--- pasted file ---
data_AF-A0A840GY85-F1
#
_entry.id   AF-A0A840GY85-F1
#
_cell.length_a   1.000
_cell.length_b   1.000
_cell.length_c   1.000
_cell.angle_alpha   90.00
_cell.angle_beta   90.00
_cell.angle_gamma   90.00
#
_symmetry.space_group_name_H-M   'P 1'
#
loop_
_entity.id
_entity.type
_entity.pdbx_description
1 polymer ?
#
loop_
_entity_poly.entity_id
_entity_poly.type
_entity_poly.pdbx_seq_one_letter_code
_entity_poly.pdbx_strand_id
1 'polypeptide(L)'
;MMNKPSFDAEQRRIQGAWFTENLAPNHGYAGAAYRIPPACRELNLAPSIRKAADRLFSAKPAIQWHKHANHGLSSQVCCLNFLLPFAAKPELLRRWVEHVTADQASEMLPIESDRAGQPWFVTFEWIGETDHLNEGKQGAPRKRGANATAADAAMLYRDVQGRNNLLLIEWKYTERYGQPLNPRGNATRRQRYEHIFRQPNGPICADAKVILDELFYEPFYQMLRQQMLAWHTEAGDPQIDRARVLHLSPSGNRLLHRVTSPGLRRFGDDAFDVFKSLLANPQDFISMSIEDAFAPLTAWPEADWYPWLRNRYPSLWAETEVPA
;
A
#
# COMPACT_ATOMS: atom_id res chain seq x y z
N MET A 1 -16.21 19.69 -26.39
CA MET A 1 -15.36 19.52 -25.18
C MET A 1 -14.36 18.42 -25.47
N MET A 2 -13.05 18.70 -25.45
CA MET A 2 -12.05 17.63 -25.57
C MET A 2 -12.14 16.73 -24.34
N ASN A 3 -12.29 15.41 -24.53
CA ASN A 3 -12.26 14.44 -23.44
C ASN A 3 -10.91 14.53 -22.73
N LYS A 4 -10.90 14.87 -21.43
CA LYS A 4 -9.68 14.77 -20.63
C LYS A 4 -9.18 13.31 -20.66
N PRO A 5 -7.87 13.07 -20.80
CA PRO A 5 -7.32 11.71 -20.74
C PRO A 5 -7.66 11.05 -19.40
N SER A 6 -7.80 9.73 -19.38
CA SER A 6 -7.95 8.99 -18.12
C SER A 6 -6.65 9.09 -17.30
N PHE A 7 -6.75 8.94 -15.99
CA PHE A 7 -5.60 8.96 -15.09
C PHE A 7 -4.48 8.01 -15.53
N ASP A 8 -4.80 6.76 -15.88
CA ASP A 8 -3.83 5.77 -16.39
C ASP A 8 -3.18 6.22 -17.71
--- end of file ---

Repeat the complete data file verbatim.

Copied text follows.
data_AF-A0A840GY85-F1
#
_entry.id   AF-A0A840GY85-F1
#
_cell.length_a   1.000
_cell.length_b   1.000
_cell.length_c   1.000
_cell.angle_alpha   90.00
_cell.angle_beta   90.00
_cell.angle_gamma   90.00
#
_symmetry.space_group_name_H-M   'P 1'
#
loop_
_entity.id
_entity.type
_entity.pdbx_description
1 polymer ?
#
loop_
_entity_poly.entity_id
_entity_poly.type
_entity_poly.pdbx_seq_one_letter_code
_entity_poly.pdbx_strand_id
1 'polypeptide(L)'
;MMNKPSFDAEQRRIQGAWFTENLAPNHGYAGAAYRIPPACRELNLAPSIRKAADRLFSAKPAIQWHKHANHGLSSQVCCLNFLLPFAAKPELLRRWVEHVTADQASEMLPIESDRAGQPWFVTFEWIGETDHLNEGKQGAPRKRGANATAADAAMLYRDVQGRNNLLLIEWKYTERYGQPLNPRGNATRRQRYEHIFRQPNGPICADAKVILDELFYEPFYQMLRQQMLAWHTEAGDPQIDRARVLHLSPSGNRLLHRVTSPGLRRFGDDAFDVFKSLLANPQDFISMSIEDAFAPLTAWPEADWYPWLRNRYPSLWAETEVPA
;
A
#
# COMPACT_ATOMS: atom_id res chain seq x y z
N MET A 1 -16.21 19.69 -26.39
CA MET A 1 -15.36 19.52 -25.18
C MET A 1 -14.36 18.42 -25.47
N MET A 2 -13.05 18.70 -25.45
CA MET A 2 -12.05 17.63 -25.57
C MET A 2 -12.14 16.73 -24.34
N ASN A 3 -12.29 15.41 -24.53
CA ASN A 3 -12.26 14.44 -23.44
C ASN A 3 -10.91 14.53 -22.73
N LYS A 4 -10.90 14.87 -21.43
CA LYS A 4 -9.68 14.77 -20.63
C LYS A 4 -9.18 13.31 -20.66
N PRO A 5 -7.87 13.07 -20.80
CA PRO A 5 -7.32 11.71 -20.74
C PRO A 5 -7.66 11.05 -19.40
N SER A 6 -7.80 9.73 -19.38
CA SER A 6 -7.95 8.99 -18.12
C SER A 6 -6.65 9.09 -17.30
N PHE A 7 -6.75 8.94 -15.99
CA PHE A 7 -5.60 8.96 -15.09
C PHE A 7 -4.48 8.01 -15.53
N ASP A 8 -4.80 6.76 -15.88
CA ASP A 8 -3.83 5.77 -16.39
C ASP A 8 -3.18 6.22 -17.71